american routes shortcuts

American Routes Shortcuts: Bernard Fowler

Oct 11, 2019
Bernard Fowler
American Routes

Rolling Stones percussionist and backing singer Bernard Fowler has put a new twist on some of the band’s songs. His album “Inside Out” is a spoken word collection of their lyrics. Bernard has toured and recorded with the band since 1989. He uses a monitor on stage to anticipate Mick Jagger’s vocals. Bernard grew up in New York City’s black and Puerto Rican Queensbridge Projects, surrounded by the city’s soul and salsa sounds. He went on to form the New York Citi Peech Boys, whose dance hits were widely sampled, making Bernard’s voice a soundtrack for many.

American Routes Shortcuts: The Soul Rebels

Oct 4, 2019
The Soul Rebels
James Billeaudeau

This week on American Routes, we’ve got live performances by the Soul Rebels. We go to the stage for a conversation with the group’s founding fathers, bass drummer Derrick Moss and snare drummer Lumar LeBlanc, to talk about how Soul Rebels came to be. 

American Routes Shortcuts: Carlos Santana

Sep 27, 2019
Carlos Santana
American Routes

Carlos Santana began playing mariachi on violin in the streets of Tijuana, but he was soon drawn to blues musicians: BB King, Jimmy Reed, and John Lee Hooker. At age 8, he switched to guitar and began developing his own sound, incorporating blues, rock, jazz, with Latin and African percussion. His father José Santana, a mariachi violinist, was not pleased, but allowed Carlos to follow his passions.  

 

Aretha Franklin
American Routes

After Aretha Franklin signed with Atlantic Records in 1967, producer Jerry Wexler brought her to record in Muscle Shoals, Alabama. Known for its local recording studios, including FAME and Muscle Shoals Sound, the Tennessee River town produced many hits and allowed the black and white music worlds to coalesce.  In 1967, Aretha recorded her first big hit, “I Never Loved A Man (The Way I Love You)” at FAME studios, but all did not go smoothly. Studio guitarist Jimmy Johnson tells the story. 

 

American Routes Shortcuts: Guilty Pleasures Volume 2

Sep 13, 2019
Guilty Pleasures
American Routes

In 2017, we created a program called “Guilty Pleasures.” Actually here in New Orleans “guilty” is not often used as an adjective for pleasure, but in the rest of America a guilty pleasure is liking something you’re not supposed to like or that’s not cool to like.  That has really never been our philosophy on American Routes. We revel in the freedom to create an eclectic flow in these days of algorithmic radio. For “Guilty Pleasures Vol. 2,” we asked listeners to make suggestions, and then we built segues around them. 

American Routes Shortcuts: Jesse Colin Young

Sep 6, 2019
Jesse Colin Young
American Routes

Jesse Colin Young’s career began in Greenwich Village during the 60’s folk revival. After releasing solo albums, Jesse teamed up with guitarist Jerry Corbitt, keyboardist and guitarist Lowell "Banana" Levinger, and drummer Joe Bauer to form the Youngbloods. Their iconic 1967 hit “Get Together,” originally by Dino Valenti, called for peace and unity. Young moved to the San Francisco area in 1969, but relocated to Hawaii after he lost his house in a fire in 1995. He used music to get through those hard times and suffering from Lyme disease.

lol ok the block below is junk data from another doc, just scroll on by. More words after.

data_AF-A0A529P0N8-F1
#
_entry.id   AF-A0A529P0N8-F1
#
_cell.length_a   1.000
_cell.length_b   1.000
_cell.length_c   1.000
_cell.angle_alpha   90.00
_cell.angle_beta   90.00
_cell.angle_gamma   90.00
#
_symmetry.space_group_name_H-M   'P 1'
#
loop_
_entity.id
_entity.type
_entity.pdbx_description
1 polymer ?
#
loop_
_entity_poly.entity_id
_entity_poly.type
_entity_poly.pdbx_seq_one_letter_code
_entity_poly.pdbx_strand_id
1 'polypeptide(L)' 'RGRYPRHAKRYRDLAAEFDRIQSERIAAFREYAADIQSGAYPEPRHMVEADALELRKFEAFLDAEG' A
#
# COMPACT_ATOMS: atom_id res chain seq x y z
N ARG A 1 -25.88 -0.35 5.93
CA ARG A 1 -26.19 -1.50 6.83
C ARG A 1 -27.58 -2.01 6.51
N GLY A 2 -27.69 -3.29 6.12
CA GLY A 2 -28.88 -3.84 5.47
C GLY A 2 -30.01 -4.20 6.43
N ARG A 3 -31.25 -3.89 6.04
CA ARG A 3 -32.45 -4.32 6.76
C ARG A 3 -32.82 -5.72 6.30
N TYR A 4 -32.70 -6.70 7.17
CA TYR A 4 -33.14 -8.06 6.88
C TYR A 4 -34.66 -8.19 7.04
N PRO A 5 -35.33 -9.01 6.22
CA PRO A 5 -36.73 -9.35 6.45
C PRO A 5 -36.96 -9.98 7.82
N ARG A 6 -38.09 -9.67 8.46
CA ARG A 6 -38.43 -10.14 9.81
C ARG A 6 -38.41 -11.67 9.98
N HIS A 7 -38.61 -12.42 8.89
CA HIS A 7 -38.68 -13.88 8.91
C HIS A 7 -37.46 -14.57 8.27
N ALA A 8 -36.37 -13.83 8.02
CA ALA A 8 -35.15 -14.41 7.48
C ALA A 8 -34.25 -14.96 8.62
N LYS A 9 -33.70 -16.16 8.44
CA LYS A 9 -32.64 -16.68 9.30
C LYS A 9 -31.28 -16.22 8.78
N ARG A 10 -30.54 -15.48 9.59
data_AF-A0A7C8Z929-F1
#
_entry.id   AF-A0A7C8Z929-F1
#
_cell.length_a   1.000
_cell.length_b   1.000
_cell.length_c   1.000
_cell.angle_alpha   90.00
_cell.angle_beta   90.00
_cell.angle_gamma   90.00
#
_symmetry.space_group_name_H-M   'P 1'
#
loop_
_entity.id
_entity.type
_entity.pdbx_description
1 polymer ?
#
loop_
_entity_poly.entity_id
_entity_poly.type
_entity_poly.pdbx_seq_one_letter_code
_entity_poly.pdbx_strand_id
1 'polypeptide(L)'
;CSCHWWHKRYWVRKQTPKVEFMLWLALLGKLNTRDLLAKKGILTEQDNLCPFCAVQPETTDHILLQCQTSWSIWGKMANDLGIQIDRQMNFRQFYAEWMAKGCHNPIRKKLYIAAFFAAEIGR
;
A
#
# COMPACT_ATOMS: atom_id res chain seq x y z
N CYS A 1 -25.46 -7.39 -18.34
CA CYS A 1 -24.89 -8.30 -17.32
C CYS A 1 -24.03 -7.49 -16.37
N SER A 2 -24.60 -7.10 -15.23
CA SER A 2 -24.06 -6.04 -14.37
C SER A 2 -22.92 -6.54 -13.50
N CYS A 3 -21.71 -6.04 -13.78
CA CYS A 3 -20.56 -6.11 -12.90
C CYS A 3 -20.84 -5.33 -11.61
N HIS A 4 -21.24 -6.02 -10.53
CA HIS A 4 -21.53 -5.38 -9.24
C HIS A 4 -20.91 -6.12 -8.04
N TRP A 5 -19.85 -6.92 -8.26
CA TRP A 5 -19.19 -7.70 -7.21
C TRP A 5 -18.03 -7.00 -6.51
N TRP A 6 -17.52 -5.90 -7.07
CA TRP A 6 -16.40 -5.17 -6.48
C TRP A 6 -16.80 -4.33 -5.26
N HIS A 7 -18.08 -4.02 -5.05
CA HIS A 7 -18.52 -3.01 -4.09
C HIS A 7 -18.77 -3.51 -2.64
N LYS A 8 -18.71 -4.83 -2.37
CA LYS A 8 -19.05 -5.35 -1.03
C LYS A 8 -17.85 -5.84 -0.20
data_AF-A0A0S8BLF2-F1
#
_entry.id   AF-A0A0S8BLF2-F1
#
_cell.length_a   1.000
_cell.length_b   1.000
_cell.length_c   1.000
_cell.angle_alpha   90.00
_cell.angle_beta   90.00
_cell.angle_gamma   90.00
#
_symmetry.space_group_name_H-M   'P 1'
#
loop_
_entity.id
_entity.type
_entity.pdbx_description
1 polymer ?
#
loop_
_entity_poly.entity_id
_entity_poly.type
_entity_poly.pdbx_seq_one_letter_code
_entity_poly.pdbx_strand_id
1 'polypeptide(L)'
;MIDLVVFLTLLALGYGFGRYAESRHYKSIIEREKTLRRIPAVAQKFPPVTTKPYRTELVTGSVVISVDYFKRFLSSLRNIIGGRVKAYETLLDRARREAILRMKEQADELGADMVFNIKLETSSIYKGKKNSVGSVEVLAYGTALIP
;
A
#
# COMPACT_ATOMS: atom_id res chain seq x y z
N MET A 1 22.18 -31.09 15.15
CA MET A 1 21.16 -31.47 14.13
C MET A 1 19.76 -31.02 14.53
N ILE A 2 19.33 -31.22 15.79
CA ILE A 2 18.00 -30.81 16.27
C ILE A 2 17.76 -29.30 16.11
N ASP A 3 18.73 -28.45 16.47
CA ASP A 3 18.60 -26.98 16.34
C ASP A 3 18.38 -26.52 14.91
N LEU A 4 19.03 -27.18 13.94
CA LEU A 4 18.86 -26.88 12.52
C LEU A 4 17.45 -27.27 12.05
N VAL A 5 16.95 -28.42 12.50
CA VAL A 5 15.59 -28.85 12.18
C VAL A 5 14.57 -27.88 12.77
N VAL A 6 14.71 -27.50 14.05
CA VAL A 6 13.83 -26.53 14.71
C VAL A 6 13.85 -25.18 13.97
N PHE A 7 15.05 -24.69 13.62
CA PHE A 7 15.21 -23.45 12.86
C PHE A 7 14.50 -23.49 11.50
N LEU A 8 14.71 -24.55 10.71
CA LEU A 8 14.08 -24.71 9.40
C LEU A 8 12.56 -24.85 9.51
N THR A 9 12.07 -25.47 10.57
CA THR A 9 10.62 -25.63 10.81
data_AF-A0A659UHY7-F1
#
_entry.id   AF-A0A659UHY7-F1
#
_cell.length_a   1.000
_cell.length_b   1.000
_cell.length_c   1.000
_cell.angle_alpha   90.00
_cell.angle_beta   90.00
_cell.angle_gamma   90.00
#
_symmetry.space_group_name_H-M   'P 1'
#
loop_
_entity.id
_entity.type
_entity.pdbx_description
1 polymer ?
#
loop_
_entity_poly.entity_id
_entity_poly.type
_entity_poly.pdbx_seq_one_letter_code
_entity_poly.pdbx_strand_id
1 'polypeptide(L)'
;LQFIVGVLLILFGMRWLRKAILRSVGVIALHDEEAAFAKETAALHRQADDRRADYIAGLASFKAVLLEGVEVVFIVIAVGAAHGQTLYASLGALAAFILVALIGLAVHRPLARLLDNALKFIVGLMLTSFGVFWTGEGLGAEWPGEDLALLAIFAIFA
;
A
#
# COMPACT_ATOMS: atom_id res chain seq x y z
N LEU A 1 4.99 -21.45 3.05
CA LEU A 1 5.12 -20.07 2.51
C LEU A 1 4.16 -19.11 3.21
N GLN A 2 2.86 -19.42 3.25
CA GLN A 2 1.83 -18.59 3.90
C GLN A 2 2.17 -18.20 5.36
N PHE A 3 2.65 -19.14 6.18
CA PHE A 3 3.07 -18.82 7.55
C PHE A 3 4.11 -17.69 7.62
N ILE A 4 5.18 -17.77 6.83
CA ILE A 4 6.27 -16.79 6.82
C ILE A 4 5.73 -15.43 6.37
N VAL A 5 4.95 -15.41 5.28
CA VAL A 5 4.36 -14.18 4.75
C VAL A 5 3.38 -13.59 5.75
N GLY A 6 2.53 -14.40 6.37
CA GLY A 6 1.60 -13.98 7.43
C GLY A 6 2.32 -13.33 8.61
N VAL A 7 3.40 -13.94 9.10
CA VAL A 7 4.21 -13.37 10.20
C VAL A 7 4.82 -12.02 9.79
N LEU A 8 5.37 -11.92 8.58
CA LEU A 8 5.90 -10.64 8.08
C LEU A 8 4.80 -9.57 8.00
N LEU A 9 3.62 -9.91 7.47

American Routes Shortcuts: Earl Barthé

Aug 30, 2019
Earl Barthé
American Routes

This holiday weekend we have live music from the French Quarter Festival as a soundtrack for a break from work. In New Orleans, there has long been a link between the work of building artisans and music. Johnny St. Cyr was a jazz banjo player in Louis Armstrong’s band, The late trumpeter Lionel Ferbos was a tin smith. Mardi Gras Indian Chief Tootie Montana was a lather. R&B piano player Eddie Bo was a carpenter. In 2002 the New Orleans Museum of Art presented “Raised to the Trade,” an exhibition of Creole building arts based on research by the urban studies program at the University of New Orleans. Among the many people interviewed was the late Earl Barthé. Mr. Barthé would go on to receive a National Endowment for the Arts Heritage Award in 2005 and appear posthumously in a recent PBS film Good Work

American Routes Shortcuts: Big Jay McNeely

Aug 23, 2019
Big Jay McNeely
American Routes

At the most human scale Los Angeles is defined by the scenes along legendary streets: Sunset Boulevard, Melrose, La Brea, and Central Avenue. Beginning in the 1920s, Central Avenue was the place to hear jazz, later R&B and bebop. For the late tenor sax player Big Jay McNeely, the scene began on Central Avenue.

American Routes Shortcuts: The Coen Brothers

Aug 16, 2019
The Coen Brothers
American Routes

Words like “quirky,” “ironic,” “funny,” and “violent” describe the films of the Coen Brothers. From their first film Blood Simple in 1984 to True Grit in 2010, and then Inside Llewyn Davis and 2018s Ballad of Buster Scruggs, Joel and Ethan Coen have defied expectations, twisted genres, and reworked classic story lines around characters, like the Dude.

American Routes Shortcuts: Marquise Knox

Aug 9, 2019
Marquise Knox
American Routes

This week we’re exploring the sonic hues of the blues in jazz, R & B, country, Cajun and pop. We crash a blues house party and workshop at the 2018 National Folk Festival in Salisbury, Maryland, where we speak with twenty-eight-year-old St. Louis guitarist Marquise Knox. 

 

Nick Spitzer: I’m Nick Spitzer with American Routes, onstage at the 2018 National Folk Festival in Salisbury, Maryland, where we’re going to speak with the St. Louis guitarist Marquise Knox about how he found the blues. 

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